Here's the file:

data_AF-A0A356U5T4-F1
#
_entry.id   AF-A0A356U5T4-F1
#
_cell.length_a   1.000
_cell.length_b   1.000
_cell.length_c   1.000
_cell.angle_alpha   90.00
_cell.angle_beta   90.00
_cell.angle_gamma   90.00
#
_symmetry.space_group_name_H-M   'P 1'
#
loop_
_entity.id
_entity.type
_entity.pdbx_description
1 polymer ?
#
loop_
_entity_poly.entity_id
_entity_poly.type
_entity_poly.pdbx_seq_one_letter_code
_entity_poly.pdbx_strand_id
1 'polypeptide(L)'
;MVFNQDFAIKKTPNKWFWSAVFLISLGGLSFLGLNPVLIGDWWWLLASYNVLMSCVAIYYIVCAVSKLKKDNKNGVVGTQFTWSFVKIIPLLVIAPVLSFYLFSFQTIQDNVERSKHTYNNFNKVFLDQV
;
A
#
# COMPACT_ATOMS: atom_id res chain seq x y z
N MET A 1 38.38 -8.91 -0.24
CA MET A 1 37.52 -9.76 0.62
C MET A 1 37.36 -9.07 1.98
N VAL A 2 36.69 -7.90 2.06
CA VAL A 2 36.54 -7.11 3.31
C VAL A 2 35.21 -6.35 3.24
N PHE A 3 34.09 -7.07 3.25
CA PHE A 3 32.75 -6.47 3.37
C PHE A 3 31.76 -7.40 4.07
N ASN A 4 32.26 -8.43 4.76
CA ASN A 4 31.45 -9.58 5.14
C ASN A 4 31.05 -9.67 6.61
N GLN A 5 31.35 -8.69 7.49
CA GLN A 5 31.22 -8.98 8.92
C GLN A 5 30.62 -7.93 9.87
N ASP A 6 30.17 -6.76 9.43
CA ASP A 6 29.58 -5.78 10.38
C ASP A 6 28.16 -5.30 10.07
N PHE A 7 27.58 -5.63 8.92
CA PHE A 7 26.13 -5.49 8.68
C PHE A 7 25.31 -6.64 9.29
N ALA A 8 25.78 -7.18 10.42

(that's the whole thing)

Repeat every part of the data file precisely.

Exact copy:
data_AF-A0A356U5T4-F1
#
_entry.id   AF-A0A356U5T4-F1
#
_cell.length_a   1.000
_cell.length_b   1.000
_cell.length_c   1.000
_cell.angle_alpha   90.00
_cell.angle_beta   90.00
_cell.angle_gamma   90.00
#
_symmetry.space_group_name_H-M   'P 1'
#
loop_
_entity.id
_entity.type
_entity.pdbx_description
1 polymer ?
#
loop_
_entity_poly.entity_id
_entity_poly.type
_entity_poly.pdbx_seq_one_letter_code
_entity_poly.pdbx_strand_id
1 'polypeptide(L)'
;MVFNQDFAIKKTPNKWFWSAVFLISLGGLSFLGLNPVLIGDWWWLLASYNVLMSCVAIYYIVCAVSKLKKDNKNGVVGTQFTWSFVKIIPLLVIAPVLSFYLFSFQTIQDNVERSKHTYNNFNKVFLDQV
;
A
#
# COMPACT_ATOMS: atom_id res chain seq x y z
N MET A 1 38.38 -8.91 -0.24
CA MET A 1 37.52 -9.76 0.62
C MET A 1 37.36 -9.07 1.98
N VAL A 2 36.69 -7.90 2.06
CA VAL A 2 36.54 -7.11 3.31
C VAL A 2 35.21 -6.35 3.24
N PHE A 3 34.09 -7.07 3.25
CA PHE A 3 32.75 -6.47 3.37
C PHE A 3 31.76 -7.40 4.07
N ASN A 4 32.26 -8.43 4.76
CA ASN A 4 31.45 -9.58 5.14
C ASN A 4 31.05 -9.67 6.61
N GLN A 5 31.35 -8.69 7.49
CA GLN A 5 31.22 -8.98 8.92
C GLN A 5 30.62 -7.93 9.87
N ASP A 6 30.17 -6.76 9.43
CA ASP A 6 29.58 -5.78 10.38
C ASP A 6 28.16 -5.30 10.07
N PHE A 7 27.58 -5.63 8.92
CA PHE A 7 26.13 -5.49 8.68
C PHE A 7 25.31 -6.64 9.29
N ALA A 8 25.78 -7.18 10.42